Home Page > Case Study > View from a HNV Farmer – Malcolm & Janet Woodhouse at Barkin Gate Farm, Forest of Bowland

Malcolm and Janet WoodhouseSited in the dramatic rolling landscape of the Forest of Bowland, lies Barkin Gate Farm which has been farmed by Malcolm’ s family since the 1960s. The farm is 208 acres, with an extra 52 acres rented which is predominantly rough grazing, a small area of moorland, flower rich hay meadows and a SSSI woodland which runs down to the river. The farm ranges in height from 300 feet by the River Roeburn to 800 feet up on the moor.


Barkin Gate is a mixed livestock farm with around 230 breeding ewes, mainly Dalesbred and Lonks, a few Mashams and a small herd of suckler cows mostly Belgium Blue crosses with a few Belted Galloway being brought onto the farm to help manage the grass sward on the rough grazing land.

Lapwing-Chris-Gomersall-rspb-images.comSome management on the farm has been supported through agri-environment schemes such as Countryside Stewardship and now Higher Level Stewardship since 1996, enabling traditional practices such as rush cutting for bedding, which is both timely and costly, to continue. The Belted Galloways are doing a fantastic job of grazing this marginal land, they retain good condition and create the perfect environment for wading birds, such as lapwing, to breed successfully. However at market, the average price per head has decreased by £200 compared to last year and the Woodhouse’s are seriously worried about their farming future:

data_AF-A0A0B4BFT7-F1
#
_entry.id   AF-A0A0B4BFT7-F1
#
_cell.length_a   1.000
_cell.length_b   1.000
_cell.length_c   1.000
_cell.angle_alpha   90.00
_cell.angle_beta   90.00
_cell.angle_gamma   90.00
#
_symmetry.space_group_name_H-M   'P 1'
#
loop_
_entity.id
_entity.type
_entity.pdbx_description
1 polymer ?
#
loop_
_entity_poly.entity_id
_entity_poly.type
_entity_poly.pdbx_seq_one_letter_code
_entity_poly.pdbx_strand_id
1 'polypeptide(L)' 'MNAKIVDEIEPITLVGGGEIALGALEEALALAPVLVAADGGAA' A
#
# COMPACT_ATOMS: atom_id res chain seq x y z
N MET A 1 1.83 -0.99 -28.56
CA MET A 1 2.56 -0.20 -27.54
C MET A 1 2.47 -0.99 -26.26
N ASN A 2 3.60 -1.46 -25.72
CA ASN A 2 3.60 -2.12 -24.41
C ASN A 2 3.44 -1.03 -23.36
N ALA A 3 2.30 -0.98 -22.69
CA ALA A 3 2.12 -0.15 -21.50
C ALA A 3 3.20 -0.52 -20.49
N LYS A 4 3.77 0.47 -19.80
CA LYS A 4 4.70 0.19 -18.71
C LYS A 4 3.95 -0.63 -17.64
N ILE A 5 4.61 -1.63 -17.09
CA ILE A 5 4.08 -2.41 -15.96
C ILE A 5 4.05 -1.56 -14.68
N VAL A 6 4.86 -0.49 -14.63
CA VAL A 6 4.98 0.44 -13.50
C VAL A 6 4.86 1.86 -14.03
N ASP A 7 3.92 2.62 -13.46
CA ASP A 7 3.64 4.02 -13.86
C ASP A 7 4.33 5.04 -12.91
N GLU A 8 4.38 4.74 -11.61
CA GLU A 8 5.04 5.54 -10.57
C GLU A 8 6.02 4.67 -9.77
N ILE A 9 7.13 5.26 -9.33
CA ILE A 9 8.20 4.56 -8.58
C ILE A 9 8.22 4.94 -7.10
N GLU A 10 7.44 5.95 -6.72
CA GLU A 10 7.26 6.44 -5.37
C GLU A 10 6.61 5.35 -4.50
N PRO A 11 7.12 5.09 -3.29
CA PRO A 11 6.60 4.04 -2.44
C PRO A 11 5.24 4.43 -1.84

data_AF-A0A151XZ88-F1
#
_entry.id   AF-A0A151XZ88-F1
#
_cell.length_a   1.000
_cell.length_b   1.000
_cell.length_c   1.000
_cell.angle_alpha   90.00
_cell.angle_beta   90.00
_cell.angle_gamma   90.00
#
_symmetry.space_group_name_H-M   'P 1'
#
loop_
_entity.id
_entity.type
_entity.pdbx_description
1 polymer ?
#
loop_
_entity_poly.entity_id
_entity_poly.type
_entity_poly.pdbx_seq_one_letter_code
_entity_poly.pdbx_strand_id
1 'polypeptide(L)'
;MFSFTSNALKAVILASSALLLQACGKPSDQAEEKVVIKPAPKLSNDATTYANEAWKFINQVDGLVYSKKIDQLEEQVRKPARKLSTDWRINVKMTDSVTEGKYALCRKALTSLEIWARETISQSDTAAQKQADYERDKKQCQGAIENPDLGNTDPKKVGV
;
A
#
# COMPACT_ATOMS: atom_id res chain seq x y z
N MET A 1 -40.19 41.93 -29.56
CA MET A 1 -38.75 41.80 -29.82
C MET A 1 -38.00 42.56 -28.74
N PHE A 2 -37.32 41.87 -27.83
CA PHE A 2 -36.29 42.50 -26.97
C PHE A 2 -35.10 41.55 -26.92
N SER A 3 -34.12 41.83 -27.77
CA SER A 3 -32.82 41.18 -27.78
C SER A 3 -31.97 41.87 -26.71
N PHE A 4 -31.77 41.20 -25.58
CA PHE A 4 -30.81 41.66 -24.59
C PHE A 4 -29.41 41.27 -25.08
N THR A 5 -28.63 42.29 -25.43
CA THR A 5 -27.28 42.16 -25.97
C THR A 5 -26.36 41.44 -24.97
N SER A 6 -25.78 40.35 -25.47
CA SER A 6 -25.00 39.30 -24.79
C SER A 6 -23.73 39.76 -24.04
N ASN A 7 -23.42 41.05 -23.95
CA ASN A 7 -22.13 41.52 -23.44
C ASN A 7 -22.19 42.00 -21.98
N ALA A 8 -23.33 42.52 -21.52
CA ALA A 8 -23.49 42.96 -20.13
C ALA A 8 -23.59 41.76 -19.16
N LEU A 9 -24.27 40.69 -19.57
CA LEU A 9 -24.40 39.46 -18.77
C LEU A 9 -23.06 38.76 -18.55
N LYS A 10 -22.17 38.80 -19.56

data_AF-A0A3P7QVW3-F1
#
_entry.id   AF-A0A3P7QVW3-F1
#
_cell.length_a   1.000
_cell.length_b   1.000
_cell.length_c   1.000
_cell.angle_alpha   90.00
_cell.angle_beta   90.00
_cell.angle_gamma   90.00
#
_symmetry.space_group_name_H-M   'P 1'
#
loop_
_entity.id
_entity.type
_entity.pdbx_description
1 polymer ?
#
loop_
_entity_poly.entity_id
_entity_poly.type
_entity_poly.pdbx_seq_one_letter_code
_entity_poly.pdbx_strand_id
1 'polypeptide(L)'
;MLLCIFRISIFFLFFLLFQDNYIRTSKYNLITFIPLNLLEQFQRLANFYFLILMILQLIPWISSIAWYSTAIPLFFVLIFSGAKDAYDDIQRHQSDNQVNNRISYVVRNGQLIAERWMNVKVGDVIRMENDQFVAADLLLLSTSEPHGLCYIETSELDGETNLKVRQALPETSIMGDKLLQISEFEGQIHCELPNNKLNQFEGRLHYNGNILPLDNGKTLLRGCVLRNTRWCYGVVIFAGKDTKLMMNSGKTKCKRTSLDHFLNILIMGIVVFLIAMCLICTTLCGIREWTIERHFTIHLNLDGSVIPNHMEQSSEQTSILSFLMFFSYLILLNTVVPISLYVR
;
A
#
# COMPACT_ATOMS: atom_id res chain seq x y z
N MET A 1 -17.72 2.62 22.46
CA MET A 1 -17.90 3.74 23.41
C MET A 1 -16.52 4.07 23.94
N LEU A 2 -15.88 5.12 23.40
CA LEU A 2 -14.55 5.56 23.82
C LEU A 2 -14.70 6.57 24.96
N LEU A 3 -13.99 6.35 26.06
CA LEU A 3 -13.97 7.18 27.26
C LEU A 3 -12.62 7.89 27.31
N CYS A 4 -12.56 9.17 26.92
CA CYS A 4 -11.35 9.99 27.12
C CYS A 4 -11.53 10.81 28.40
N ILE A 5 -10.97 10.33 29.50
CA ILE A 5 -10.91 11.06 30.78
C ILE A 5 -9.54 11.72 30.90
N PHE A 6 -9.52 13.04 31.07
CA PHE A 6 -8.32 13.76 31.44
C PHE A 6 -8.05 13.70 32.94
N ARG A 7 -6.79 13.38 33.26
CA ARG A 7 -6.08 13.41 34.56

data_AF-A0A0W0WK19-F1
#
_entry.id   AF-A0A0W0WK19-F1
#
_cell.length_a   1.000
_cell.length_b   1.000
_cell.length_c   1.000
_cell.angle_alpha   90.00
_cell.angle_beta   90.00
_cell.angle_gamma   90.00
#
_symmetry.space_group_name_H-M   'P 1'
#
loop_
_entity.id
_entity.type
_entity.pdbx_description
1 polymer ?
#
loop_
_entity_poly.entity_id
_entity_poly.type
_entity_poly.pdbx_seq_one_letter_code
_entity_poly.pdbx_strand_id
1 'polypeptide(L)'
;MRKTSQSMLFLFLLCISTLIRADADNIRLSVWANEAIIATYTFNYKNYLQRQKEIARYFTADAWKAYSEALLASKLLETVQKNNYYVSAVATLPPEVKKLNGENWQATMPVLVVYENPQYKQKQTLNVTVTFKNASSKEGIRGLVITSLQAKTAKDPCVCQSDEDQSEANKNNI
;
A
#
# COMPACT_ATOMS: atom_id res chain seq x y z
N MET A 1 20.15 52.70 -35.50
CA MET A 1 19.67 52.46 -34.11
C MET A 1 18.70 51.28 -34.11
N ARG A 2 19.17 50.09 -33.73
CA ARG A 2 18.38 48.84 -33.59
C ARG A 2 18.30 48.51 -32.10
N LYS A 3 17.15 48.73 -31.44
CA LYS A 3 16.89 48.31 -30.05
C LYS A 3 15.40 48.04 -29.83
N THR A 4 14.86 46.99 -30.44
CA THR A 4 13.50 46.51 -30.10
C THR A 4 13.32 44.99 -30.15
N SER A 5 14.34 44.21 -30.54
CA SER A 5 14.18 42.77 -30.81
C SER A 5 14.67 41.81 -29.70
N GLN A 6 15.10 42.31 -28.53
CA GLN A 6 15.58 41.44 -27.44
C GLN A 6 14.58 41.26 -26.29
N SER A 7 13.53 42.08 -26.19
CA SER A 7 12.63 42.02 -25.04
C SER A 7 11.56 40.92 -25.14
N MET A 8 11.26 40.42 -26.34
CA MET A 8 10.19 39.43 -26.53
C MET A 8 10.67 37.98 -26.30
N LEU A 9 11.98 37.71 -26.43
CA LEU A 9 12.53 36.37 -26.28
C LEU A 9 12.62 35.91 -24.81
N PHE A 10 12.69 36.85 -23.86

“Policymakers have to help suckler herds— like me, many farmers are thinking if we get another low price this year, our cattle will have to go. With unpredictable weather conditions and costs of bales rising we are being pushed into keeping sheep more than cattle.”

The Bowland landscapeThe landscape around Roeburndale relies on traditional farming systems which really haven’t changed over time.

For Malcolm this way of farming is: “All I’ve ever known. I wouldn’t be here without our agri-environment scheme payments, but in an ideal world I want to be able to move away from subsidies and receive a better price for the quality product I produce. The 40-50 acre farms have gone, without better support the 200 acre farms will be the next to go. To ensure the next generation stay in farming we must make farming a viable option for them.”

Photo credits: Malcolm and Janet Woodhouse with their belted Galloways and Maisie (Gavin Thomas – RSPB), Lapwing (Chris Gomersall – RSPB images), Bowland Landscape (Deborah Deveney – RSPB).